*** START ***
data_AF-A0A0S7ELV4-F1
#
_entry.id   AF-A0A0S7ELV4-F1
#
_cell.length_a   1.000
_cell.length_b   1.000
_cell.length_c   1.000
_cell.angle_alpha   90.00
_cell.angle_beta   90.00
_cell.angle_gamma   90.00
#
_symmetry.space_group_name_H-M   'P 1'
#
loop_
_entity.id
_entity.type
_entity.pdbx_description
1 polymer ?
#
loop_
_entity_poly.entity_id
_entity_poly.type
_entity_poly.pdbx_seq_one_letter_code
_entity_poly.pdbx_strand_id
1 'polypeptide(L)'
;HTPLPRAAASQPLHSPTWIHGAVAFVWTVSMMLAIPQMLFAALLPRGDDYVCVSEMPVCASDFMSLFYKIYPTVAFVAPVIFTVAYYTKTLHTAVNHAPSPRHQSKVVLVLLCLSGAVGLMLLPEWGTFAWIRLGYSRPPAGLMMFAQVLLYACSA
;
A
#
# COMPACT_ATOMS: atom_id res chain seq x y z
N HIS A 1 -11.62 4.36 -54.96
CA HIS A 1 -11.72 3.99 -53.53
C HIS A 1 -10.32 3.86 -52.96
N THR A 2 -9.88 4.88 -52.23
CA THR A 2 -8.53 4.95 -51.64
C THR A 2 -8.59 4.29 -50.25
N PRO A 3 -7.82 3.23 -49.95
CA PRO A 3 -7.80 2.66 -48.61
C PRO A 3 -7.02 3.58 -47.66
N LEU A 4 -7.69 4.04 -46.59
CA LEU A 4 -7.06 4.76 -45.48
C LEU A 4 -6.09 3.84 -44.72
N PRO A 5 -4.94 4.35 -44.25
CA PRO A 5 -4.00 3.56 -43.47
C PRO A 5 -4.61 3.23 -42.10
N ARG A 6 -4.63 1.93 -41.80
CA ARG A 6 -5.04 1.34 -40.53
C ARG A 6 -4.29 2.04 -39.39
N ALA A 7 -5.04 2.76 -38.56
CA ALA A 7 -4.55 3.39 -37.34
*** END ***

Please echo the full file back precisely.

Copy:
data_AF-A0A0S7ELV4-F1
#
_entry.id   AF-A0A0S7ELV4-F1
#
_cell.length_a   1.000
_cell.length_b   1.000
_cell.length_c   1.000
_cell.angle_alpha   90.00
_cell.angle_beta   90.00
_cell.angle_gamma   90.00
#
_symmetry.space_group_name_H-M   'P 1'
#
loop_
_entity.id
_entity.type
_entity.pdbx_description
1 polymer ?
#
loop_
_entity_poly.entity_id
_entity_poly.type
_entity_poly.pdbx_seq_one_letter_code
_entity_poly.pdbx_strand_id
1 'polypeptide(L)'
;HTPLPRAAASQPLHSPTWIHGAVAFVWTVSMMLAIPQMLFAALLPRGDDYVCVSEMPVCASDFMSLFYKIYPTVAFVAPVIFTVAYYTKTLHTAVNHAPSPRHQSKVVLVLLCLSGAVGLMLLPEWGTFAWIRLGYSRPPAGLMMFAQVLLYACSA
;
A
#
# COMPACT_ATOMS: atom_id res chain seq x y z
N HIS A 1 -11.62 4.36 -54.96
CA HIS A 1 -11.72 3.99 -53.53
C HIS A 1 -10.32 3.86 -52.96
N THR A 2 -9.88 4.88 -52.23
CA THR A 2 -8.53 4.95 -51.64
C THR A 2 -8.59 4.29 -50.25
N PRO A 3 -7.82 3.23 -49.95
CA PRO A 3 -7.80 2.66 -48.61
C PRO A 3 -7.02 3.58 -47.66
N LEU A 4 -7.69 4.04 -46.59
CA LEU A 4 -7.06 4.76 -45.48
C LEU A 4 -6.09 3.84 -44.72
N PRO A 5 -4.94 4.35 -44.25
CA PRO A 5 -4.00 3.56 -43.47
C PRO A 5 -4.61 3.23 -42.10
N ARG A 6 -4.63 1.93 -41.80
CA ARG A 6 -5.04 1.34 -40.53
C ARG A 6 -4.29 2.04 -39.39
N ALA A 7 -5.04 2.76 -38.56
CA ALA A 7 -4.55 3.39 -37.34